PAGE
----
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Tales from Jillellamudi for children – 16

Magazine : Mother of All
Language : English
Volume Number : 6
Month : January
Issue Number : 1
Year : 2007

Dear Sweet Children,


By the time I relate these facts, let us note that Amma was just in her sixth year, living with Her junior grand-father Chidambara Rao in Bapatla. I told you earlier that he was exceedingly fond of Amma due to her superb intellect and astounding comprehension of even complicated spiritual truths. His old mother Narasamma and her younger widow sister Maridamma Thatamma lived with him. Chidambara Rao married Annapurnamma, a daughter of his uncle Venkayya, an elder brother of Narasamma.


The family owned a spacious building in Bapatla, not far from the Railway Station. A Yerukula Christian woman, by name Nalli, was the domestic servant of Annapurnamma. She luckily developed a lot of attachment and regard for Amma. She felt that though Amma outwardly looked like a tender girl, she appeared as though she carried the entire burden of the whole. universe on her tiny shoulders. Nalli felt that Amma looked like a big boss capable of administering the complicated affairs of the world with authority and poise. Nalli wondered how Amma never behaved like a naughty six year old, but always conducted herself like a mature adult commanding the respect of everyone in the household and the neighborhood.

NALLI also observed that charming perfume emanated from Amma. NALLI heard from her Christian Teachers that such inexplicable fragrance signified the presence of the Lord. Which was why, NALLI felt that Amma was beyond doubt her Lord Jesus Christ Himself. NALLI used to carry Amma on her back while sweeping the floors, and while doing so, NALLI communicated her impressions and experiences to Amma in an exuberant mood. NALLI felt that Amma was a divinity personified. Was Amma an incarnation of Mary Herself. NALLI wondered! NALLI felt that it was her great good fortune to have secured service in that household, not just as a helpless widow, but as a person singularly blessed to experience the divine company of Amma.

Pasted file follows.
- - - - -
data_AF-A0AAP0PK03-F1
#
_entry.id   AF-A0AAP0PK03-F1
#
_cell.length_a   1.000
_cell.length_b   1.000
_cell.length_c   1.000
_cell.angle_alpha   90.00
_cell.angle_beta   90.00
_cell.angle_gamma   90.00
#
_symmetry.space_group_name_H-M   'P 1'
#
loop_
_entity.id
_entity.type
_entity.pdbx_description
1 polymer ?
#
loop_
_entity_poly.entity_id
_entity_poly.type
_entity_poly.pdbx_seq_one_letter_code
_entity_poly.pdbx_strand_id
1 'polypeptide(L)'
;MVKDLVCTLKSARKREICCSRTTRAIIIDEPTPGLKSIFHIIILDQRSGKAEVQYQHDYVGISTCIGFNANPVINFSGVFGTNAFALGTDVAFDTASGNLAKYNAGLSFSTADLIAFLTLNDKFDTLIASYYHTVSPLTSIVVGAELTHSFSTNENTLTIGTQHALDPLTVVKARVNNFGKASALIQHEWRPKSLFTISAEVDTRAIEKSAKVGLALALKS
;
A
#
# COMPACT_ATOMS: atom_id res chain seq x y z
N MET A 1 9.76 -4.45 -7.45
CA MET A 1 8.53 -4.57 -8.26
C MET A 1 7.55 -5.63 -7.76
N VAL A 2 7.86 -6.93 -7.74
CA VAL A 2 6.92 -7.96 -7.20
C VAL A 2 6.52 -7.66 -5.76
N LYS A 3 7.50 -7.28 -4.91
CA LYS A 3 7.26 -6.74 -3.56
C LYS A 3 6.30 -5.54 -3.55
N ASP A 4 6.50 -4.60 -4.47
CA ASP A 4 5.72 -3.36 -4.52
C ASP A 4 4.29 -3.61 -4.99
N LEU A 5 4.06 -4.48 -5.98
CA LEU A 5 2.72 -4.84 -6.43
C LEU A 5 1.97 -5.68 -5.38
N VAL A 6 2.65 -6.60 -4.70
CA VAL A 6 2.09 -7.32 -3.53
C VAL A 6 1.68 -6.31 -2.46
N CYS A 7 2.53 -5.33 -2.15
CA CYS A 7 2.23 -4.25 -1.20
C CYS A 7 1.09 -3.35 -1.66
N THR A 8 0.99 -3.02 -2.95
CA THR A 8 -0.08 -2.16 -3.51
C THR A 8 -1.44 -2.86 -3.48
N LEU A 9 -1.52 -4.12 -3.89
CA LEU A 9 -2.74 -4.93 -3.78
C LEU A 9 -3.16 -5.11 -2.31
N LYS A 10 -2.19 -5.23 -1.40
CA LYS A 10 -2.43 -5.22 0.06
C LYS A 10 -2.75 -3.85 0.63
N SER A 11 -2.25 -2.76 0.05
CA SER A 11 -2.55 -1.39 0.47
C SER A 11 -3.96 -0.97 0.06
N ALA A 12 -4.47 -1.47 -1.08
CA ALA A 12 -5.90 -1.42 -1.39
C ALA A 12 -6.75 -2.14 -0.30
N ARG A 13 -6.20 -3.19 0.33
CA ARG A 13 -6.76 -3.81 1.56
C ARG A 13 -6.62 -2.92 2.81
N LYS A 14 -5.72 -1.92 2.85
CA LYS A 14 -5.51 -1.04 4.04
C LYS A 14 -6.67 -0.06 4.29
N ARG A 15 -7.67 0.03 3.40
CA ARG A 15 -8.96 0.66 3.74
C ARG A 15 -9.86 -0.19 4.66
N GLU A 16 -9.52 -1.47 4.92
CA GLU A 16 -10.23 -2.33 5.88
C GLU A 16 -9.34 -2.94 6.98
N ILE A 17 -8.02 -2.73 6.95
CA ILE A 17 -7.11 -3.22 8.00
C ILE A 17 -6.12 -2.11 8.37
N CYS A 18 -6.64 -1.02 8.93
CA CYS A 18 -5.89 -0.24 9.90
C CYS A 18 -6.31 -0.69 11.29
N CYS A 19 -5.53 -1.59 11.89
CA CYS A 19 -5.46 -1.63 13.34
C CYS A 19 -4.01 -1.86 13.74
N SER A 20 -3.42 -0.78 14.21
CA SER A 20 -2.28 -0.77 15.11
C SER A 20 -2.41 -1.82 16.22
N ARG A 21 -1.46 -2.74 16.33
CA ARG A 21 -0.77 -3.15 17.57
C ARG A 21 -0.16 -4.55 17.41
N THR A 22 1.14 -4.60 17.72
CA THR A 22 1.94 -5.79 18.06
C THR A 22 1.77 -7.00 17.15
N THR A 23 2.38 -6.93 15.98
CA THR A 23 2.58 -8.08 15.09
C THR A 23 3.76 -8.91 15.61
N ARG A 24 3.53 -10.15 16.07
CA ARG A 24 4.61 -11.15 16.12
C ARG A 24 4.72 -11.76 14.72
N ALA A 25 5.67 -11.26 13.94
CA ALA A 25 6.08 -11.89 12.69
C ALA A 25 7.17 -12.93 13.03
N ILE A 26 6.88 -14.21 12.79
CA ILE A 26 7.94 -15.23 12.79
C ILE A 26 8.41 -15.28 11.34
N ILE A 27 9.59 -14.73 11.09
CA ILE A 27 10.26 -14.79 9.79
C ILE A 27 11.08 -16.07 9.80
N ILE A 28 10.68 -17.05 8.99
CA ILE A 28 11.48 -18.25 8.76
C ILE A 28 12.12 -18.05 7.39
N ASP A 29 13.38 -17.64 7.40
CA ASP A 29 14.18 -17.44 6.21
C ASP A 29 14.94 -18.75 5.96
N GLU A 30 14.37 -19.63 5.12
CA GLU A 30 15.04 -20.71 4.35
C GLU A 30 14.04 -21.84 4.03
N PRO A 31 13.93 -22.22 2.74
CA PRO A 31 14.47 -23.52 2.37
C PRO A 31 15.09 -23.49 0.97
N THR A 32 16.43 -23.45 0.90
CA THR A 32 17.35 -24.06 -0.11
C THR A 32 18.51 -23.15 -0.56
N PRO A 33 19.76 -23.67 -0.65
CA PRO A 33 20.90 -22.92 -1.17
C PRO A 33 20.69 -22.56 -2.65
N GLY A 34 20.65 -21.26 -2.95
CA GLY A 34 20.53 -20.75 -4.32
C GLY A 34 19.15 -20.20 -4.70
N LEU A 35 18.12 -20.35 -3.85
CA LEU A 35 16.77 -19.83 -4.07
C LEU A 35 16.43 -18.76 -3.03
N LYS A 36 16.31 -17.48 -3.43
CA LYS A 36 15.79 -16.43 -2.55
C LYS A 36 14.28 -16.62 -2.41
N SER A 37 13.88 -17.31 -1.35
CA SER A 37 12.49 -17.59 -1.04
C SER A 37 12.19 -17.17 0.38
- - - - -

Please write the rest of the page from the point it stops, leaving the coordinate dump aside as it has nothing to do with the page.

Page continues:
As days rolled by, NALLI decided to give up menial household service and devote the rest of her life in total contemplation of Lord Jesus. One fine morning she left Bapatla for good and walked away into a secluded forest retreat beyond Nellore far from the madding crowd.

The matter. We do not any more come across NALLI in the later pages of Amma’s history. Her role was brief and interesting.


One day Seethapati with Amma and her elder brother Raghavarao proceeded to Tenali by train. This was their first visit to Tenali after a long gap of one year. The first annual death ceremony of Rangamma was by then over. They had to make a traditional visit to Tenali after the demise of Rangamma. Amma’s grand-father Venkatasubbaiah and grand-mother Janakamma lived in Tenali. They were the parents of Rangamma. Venkatasubayya and Chidambararao were sons of Narasamma, the former being the senior.


The family was detained at Tenali Railway Station. Seethapathi was busy bargaining for a bullock-cart. The bull in question was sick. It appeared to be gasping at the threshold of death. Amma observed its condition and meaningfully touched it in all kindness, though the cart-man warned Amma against approaching the animal. But Amma heeded him not. In the meantime the animal slowly sank to the ground and died without experiencing further spasms of pain after Amma’s touch, as though Amma’s blessed it with painless death. For her part Amma was very much moved at the death of the innocent animal. Seethapathi disapproved of Amma’s act in disturbing the sick animal without heeding the owner’s stern objection. There was an interesting altercation between Amma and Seethapathi Amma defending her action and Seethapathi protesting against her conduct..